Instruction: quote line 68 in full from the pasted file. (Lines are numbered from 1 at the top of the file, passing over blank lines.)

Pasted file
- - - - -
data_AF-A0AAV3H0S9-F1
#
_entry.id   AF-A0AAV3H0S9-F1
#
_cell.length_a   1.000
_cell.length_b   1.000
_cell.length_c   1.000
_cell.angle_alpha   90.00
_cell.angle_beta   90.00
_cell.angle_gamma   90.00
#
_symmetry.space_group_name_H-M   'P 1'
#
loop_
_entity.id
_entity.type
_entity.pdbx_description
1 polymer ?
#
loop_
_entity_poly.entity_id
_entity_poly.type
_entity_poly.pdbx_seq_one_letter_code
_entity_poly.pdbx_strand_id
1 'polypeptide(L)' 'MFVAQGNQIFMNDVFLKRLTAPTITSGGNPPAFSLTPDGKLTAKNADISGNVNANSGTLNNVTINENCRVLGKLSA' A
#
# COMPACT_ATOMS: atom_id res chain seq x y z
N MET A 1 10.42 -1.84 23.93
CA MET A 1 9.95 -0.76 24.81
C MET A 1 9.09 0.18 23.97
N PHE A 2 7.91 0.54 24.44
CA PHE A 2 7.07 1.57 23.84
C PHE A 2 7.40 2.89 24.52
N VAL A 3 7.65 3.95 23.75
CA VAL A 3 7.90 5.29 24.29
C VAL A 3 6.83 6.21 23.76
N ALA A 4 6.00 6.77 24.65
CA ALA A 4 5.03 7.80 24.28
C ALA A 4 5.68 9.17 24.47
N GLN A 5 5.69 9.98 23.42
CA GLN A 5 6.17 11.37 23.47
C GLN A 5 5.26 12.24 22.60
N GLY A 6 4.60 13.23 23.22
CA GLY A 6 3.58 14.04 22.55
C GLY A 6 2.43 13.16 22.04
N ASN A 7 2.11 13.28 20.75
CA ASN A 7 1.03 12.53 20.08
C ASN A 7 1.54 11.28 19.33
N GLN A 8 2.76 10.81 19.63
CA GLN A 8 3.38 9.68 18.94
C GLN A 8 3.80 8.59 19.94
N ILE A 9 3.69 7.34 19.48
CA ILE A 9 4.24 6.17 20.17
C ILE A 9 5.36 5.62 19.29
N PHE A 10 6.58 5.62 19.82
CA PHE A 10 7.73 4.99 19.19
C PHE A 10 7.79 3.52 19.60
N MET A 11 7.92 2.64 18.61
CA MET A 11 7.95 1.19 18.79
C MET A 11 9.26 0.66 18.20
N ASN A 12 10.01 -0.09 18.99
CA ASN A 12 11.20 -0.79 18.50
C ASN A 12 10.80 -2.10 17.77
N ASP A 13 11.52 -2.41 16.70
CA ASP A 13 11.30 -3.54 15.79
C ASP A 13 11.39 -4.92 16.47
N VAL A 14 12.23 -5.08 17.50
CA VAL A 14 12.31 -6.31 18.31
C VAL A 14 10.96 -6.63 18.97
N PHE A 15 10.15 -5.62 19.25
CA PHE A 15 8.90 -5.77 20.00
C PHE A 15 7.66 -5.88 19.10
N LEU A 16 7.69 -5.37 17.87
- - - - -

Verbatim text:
CA VAL A 14 12.31 -6.31 18.31